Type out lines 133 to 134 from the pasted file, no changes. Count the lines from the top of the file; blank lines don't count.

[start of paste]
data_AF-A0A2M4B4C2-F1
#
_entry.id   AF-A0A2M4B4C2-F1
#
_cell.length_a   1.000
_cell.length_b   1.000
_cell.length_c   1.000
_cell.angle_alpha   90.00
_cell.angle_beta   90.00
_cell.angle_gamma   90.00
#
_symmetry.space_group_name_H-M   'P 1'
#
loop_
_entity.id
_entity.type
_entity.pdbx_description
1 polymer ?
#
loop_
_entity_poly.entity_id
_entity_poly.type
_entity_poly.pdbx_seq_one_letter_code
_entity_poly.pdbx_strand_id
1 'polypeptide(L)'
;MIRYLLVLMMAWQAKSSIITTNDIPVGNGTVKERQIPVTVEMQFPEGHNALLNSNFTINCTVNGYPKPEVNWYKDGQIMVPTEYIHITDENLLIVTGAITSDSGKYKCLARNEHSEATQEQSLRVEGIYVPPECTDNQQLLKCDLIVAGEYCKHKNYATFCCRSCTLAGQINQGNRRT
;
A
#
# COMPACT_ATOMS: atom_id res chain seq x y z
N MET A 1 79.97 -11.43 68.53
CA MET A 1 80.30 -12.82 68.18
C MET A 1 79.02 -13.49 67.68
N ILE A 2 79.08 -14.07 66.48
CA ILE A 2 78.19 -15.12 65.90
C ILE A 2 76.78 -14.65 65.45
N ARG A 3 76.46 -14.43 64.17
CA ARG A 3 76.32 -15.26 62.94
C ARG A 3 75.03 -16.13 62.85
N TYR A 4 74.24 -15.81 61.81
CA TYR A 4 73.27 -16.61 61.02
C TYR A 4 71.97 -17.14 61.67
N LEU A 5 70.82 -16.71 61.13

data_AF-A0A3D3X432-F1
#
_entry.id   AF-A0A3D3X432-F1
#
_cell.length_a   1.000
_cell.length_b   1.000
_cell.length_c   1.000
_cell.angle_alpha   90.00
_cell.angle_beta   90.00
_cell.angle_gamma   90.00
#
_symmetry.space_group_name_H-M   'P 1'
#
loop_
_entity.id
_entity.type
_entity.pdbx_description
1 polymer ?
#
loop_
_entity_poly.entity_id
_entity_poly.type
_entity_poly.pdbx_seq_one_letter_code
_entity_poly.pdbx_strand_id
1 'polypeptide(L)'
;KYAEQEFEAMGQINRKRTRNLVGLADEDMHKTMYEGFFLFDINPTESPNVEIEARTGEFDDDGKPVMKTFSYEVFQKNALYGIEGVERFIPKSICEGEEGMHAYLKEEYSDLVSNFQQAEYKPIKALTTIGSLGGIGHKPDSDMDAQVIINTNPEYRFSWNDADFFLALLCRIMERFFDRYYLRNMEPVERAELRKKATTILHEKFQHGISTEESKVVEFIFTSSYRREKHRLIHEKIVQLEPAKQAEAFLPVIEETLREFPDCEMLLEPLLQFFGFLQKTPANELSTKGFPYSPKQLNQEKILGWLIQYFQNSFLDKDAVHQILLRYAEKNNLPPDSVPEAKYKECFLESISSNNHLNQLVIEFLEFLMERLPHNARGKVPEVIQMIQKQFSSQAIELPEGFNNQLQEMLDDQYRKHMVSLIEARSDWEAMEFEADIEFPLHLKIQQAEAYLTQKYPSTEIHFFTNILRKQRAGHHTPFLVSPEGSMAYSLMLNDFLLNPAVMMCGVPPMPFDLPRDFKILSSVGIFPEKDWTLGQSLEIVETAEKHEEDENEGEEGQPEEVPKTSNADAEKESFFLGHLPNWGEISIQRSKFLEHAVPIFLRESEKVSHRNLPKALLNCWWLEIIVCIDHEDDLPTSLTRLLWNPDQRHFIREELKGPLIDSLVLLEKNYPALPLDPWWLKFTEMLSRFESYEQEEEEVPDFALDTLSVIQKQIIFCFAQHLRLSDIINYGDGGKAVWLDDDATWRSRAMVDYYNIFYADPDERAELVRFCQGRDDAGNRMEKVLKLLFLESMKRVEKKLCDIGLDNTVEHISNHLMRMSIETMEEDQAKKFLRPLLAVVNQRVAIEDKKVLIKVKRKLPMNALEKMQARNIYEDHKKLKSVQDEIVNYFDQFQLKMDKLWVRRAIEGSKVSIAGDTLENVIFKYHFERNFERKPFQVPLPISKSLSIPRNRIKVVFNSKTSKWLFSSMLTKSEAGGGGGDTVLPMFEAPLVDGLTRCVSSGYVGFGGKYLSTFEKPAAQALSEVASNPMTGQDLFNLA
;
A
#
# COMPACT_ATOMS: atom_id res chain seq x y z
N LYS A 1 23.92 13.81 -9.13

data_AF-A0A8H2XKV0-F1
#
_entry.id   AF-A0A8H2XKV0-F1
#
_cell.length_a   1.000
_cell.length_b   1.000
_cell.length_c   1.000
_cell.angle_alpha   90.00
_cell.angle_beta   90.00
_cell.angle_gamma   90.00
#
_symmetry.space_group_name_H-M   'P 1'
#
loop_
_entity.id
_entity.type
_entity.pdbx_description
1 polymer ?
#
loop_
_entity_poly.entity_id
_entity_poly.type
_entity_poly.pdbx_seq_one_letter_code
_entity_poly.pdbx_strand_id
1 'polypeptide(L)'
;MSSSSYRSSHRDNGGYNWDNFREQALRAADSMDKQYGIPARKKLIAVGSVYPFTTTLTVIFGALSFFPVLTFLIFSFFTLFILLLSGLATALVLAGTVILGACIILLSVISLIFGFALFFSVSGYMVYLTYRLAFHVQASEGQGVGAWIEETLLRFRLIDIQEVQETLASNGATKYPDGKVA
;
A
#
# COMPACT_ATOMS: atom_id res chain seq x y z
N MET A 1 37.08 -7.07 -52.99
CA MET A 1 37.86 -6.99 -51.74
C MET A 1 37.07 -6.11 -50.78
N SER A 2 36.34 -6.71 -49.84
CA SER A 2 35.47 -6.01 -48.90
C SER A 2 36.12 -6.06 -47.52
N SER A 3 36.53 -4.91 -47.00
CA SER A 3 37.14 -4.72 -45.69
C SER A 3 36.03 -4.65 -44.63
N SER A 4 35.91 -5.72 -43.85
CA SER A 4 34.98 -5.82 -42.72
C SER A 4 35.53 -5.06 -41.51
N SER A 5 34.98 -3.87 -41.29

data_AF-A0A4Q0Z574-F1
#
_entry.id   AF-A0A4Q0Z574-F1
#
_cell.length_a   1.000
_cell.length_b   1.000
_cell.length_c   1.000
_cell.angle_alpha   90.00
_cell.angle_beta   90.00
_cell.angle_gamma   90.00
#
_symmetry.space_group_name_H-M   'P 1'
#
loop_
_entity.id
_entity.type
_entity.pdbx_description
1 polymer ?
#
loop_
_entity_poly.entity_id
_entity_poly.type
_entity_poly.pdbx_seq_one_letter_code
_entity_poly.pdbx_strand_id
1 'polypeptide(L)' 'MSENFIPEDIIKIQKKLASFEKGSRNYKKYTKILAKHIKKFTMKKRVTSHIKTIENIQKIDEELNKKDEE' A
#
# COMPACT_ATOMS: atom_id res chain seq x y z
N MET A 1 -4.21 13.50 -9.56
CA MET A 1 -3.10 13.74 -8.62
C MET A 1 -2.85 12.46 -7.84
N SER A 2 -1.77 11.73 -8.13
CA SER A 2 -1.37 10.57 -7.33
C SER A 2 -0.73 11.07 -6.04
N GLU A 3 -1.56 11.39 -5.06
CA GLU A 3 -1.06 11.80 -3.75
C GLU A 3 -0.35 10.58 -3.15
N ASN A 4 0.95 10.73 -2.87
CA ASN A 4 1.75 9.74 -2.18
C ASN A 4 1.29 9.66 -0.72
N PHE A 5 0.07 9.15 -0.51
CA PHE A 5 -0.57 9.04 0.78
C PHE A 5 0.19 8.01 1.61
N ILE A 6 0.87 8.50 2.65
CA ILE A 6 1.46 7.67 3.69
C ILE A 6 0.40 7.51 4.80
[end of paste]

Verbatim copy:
_entity.type
_entity.pdbx_description